Good Luck
--------------
As a circle of light increases so does the circumference of darkness around it. - Albert Einstein

ewh (Aerospace)
23 Mar 05 17:57
Well said, CajunCenturion.
Maui (Materials)
23 Mar 05 21:59
A code of ethics is a set of rules that is constructed to establish the boundaries of acceptable behavior for the group of individuals who are governed by that code. It does not require those individuals to have any "buy in" in terms of either moral or religious convictions. So a code of ethics does not necessarily coincide with the internal belief systems of those that it governs.

Maui   
epoisses (Chemical)
30 Mar 05 11:30
I think within every religion some form of ethics developed because it was considered a good thing and respect of the rules could easily be inforced within the religious framework (an omniscent and omnipotent creature would prosecute anybody who violates the rules). However, religion is not required to have ethics (without religion however you need to replace God by police and judges, not nearly as impressive).

The aim of ethics IMHO is to put certain boundaries to the extent of which people are allowed to have their personal interests prevail over the general interest. The golden rule is a bit limited description. For example, company X bribes civil servant Y in country Z to obtain a contract. Two backs are scratched, nobody seems to get hurt, still unethical. Why? Personal interest of obtaining the contract prevailed over general interest to fight corruption. Many people will think that's the wrong order = will find this unethical. But there are zillions of cases where the order of priorities, i.e. the fact whether an act is ethical or not, is open for discussion.

jsummerfield (Electrical)
30 Mar 05 13:35
Ethics is about situations more than religion.  Some issues are not clear.  Consider some situations, some clear and others less clear.  Usually an ethical person knows when a potential course of action might smell bad.  The variations performed adjust a situation may be where ethics really kicks in.

Company Loyalty; if you work for Ford.  Do you buy a Ford or GM?  Do you buy Ford or GM stock?  

Conflict of interest avoidance; Let’s say that you specify heat exchangers.  Heat exchanger company A has an extensive technical training program.  Consider the issues brainstorming the -  “what ifs”:
It is available for free.  
held in a resort.  
they cover all expenses.
you are just about to issue an inquiry for bids
you are about to receive bids
Would it always be wrong to go?  Are there situations when this is permitted?  Would it be better if you let the company know about the invitation?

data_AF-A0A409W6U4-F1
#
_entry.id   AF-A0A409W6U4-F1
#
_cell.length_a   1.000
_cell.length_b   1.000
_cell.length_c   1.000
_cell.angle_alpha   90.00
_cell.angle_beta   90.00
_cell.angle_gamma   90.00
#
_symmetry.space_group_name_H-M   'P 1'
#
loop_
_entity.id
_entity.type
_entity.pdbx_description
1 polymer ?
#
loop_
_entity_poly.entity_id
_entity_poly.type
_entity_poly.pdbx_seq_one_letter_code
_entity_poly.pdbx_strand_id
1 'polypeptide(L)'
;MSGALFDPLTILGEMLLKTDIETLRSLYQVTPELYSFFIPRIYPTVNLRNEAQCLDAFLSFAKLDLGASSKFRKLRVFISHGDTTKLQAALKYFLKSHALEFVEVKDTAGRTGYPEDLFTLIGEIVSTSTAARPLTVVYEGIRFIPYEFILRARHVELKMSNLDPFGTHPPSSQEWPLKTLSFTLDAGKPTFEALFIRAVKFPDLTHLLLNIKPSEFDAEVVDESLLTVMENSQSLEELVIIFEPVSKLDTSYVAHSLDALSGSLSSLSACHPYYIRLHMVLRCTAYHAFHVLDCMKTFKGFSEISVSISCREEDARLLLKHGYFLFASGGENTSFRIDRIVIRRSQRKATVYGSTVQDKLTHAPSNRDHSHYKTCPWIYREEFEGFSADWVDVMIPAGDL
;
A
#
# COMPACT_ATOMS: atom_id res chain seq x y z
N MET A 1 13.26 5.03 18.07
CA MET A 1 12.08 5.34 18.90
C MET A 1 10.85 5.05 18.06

Would it be OK if your company paid even when the supplier offered to cover the expenses?

Issues may include confidentiality, legal compliance, antitrust avoidance, insider information, customer policies, gifts, entertainment, employment of customers – or competitors with special knowledge, anti-boycott compliance

What if you are involved in a proposal and your customer offers you a copy of a competitor’s proposal or the basis of selection for a contract?

Do you disclose your political activities that may be inconsistent with your companies business?

Are there situations where one project is over and another under budget?  Do you ever consider casual timesheet or progress reporting to fit within the goals or guidelines?

When or how should you report activities by others that appear irregular?

...

John

epoisses (Chemical)
31 Mar 05 11:10
There's a difference between ethics on a "human" level (your own interest versus the general interest) and ethics on company level, like company loyalty (your own interest versus the company's interest).

I tend to attach more importance to the first category than the second. If I work with Ford, like my job and my salary, but genuinely think GM is better value for money in spite of my daily efforts at work, why should I be morally obliged to give up my job with Ford before buying a GM in my private life wouldn't smell bad? Turn it around: why should my company want to make money on me if they sell me lesser quality products than the competition?

The heat exchanger thing is a different story, when it comes to having personal pleasure prevail over sound business decision-making, something definitely smells bad.
CajunCenturion (Computer)
31 Mar 05 11:24
It is interesting that you bring up the difference between ethics.  I will postulate that ethics is a hierarchical system.  If you were to overly a system of ethics over Maslov’s hierarchy, i.e. associating the ethical rules to the corresponding need, you’d have a very good picture of ethical differences and contradictions, as well as their inherent priorities.

Good Luck
--------------
As a circle of light increases so does the circumference of darkness around it. - Albert Einstein